Statement of Mary L. Bonauto on Supreme Court Ruling in Masterpiece Cakeshop v. Colorado

Mary Bonauto is the Civil Rights Project Director for GLBTQ Legal Advocates & Defenders (GLAD). She successfully argued the marriage equality case Obergefell v. Hodges before the Supreme Court in 2015.

This ruling forthrightly affirms the validity of anti-discrimination laws that protect classes of persons when they seek goods and services on the same terms as others in the public marketplace. “As a general rule,” the Court stated, religious or philosophical objections to other people “do[es] not allow business owners” or economic or societal “actors” to deny protected persons equal access to goods and services” or to “put up signs” excluding them. This ruling refused to embrace the central premise of the Cakeshop and U.S. Department of Justice, both of which sought to use religion and free speech to justify discrimination against a gay couple.

Ironically, the Cakeshop and baker technically won, but only because the Supreme Court ruled that they had not received “neutral and respectful consideration” of their arguments by the state commission that heard and decided their case.  To that end, the Court cited comments made by Commissioners on the case that the Court said denigrated religion, suggested incompatibility between being a person of faith and person in business, and noted what it said was a possible inconsistency with the Commission’s precedents.  In any event, this limited ruling provides no basis for this Cakeshop or other entities covered by anti-discrimination laws to refuse goods and services in the name of free speech or religion.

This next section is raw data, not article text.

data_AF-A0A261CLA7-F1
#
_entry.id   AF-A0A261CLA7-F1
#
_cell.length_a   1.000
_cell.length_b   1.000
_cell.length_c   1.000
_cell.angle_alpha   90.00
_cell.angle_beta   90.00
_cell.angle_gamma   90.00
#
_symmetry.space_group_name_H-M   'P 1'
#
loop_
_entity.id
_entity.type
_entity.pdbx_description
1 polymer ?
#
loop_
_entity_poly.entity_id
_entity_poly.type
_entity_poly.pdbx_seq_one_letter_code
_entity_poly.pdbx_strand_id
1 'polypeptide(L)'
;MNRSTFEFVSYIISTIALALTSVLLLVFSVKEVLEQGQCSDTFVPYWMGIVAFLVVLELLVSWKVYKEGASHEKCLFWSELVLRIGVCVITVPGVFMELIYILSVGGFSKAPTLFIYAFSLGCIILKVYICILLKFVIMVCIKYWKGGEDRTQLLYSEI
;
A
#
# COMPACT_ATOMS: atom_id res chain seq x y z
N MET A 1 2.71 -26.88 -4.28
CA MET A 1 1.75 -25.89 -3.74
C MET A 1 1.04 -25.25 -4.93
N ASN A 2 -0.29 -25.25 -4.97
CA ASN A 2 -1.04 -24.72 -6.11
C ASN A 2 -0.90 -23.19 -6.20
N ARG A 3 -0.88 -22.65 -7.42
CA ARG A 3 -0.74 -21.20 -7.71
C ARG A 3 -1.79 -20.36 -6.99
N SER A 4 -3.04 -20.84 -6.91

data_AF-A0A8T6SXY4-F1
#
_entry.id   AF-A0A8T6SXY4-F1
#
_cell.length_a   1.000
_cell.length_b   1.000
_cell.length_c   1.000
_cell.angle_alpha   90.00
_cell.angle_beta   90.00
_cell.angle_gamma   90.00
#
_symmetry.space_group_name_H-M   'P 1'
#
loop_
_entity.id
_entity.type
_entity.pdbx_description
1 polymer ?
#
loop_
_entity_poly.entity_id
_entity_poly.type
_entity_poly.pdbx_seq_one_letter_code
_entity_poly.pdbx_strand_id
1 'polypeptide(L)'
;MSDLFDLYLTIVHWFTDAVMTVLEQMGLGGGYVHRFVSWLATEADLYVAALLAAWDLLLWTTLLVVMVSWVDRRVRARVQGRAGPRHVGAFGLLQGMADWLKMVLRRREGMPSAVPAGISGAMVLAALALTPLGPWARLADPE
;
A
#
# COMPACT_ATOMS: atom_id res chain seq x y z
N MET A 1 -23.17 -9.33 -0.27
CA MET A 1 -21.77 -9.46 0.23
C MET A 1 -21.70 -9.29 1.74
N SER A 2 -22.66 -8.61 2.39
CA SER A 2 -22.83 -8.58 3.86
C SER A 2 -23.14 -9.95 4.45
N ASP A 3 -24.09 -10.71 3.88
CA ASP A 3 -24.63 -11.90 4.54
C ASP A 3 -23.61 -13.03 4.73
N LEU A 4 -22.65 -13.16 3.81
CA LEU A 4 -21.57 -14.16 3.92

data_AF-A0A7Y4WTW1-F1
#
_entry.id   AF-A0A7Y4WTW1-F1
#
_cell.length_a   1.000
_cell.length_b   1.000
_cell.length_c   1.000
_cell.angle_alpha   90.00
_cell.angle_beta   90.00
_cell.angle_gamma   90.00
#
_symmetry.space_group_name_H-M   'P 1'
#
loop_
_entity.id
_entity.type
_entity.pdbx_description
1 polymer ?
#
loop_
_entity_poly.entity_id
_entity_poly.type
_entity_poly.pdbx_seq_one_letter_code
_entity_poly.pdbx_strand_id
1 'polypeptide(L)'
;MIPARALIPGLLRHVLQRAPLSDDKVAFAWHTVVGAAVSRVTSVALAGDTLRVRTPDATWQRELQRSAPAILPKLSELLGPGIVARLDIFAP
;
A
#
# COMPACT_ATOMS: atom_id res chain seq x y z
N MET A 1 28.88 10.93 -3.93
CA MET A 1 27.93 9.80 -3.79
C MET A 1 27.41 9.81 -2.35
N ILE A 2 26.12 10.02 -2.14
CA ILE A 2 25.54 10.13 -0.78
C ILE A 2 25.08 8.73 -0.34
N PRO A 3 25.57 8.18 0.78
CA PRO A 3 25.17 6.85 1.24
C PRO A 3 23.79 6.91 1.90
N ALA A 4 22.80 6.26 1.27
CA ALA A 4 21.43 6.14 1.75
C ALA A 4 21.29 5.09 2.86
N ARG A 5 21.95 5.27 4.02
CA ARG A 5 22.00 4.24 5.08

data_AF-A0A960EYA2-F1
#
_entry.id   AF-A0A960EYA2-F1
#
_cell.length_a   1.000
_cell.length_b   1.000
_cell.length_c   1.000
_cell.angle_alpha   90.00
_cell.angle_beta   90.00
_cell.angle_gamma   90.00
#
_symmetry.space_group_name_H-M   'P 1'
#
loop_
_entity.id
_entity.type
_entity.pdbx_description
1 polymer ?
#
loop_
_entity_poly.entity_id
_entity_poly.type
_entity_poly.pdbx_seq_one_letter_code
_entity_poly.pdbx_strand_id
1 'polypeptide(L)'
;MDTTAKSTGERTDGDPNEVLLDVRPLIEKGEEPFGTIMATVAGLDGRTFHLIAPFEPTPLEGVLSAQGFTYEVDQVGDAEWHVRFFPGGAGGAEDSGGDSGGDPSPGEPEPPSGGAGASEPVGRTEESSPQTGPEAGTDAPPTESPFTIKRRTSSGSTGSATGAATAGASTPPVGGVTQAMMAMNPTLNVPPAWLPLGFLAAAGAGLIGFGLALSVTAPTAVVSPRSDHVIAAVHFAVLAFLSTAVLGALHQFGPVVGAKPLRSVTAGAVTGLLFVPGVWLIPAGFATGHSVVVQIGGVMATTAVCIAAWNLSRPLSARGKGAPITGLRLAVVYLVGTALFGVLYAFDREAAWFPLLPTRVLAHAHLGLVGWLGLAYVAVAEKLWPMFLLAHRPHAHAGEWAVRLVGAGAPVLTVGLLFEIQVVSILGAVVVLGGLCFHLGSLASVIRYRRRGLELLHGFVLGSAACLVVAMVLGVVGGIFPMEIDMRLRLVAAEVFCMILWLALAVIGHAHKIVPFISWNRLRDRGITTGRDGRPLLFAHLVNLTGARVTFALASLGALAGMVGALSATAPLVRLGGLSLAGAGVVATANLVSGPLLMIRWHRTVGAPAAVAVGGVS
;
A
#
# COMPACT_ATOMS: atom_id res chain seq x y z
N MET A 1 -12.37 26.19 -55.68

The Court was mindful of how far adrift we could go if every individual could apply his or her religious beliefs to every commercial transaction.  The Court contrasted permission for a clergy person to refuse to marry a couple as an exercise of religious belief, on the one hand, with the unacceptable “community-wide stigma” that would befall gay people if there was a general constitutional right to refuse to provide goods and services.

Looking forward from here, the majority of the Court – those in the majority as well as Justices Ginsburg and Sotomayor – stood on the side of “civil rights laws that ensure equal access to goods, services, and public accommodations.”  In applying those laws, neither a person’s religion nor their sexual orientation should affect the administration of justice.  As the Court stated in its penultimate paragraph, “disputes must be resolved with tolerance, without undue disrespect to sincere religious beliefs, and without subjecting gay persons to indignities when they seek goods and services in an open market.”

The decision may generate mixed feelings in our community.  After all, we can’t lose sight of the fact that the couple in this case, David Mullins and Charlie Craig, were in fact turned away because of who they are. Our anti-discrimination protections remain vitally important, and we seek explicit protections for LGBTQ people throughout the country.

We urge the LGBTQ community and others to remain confident in going about their business, working, attending school, marrying, and raising their children. We believe the Constitution still requires as much.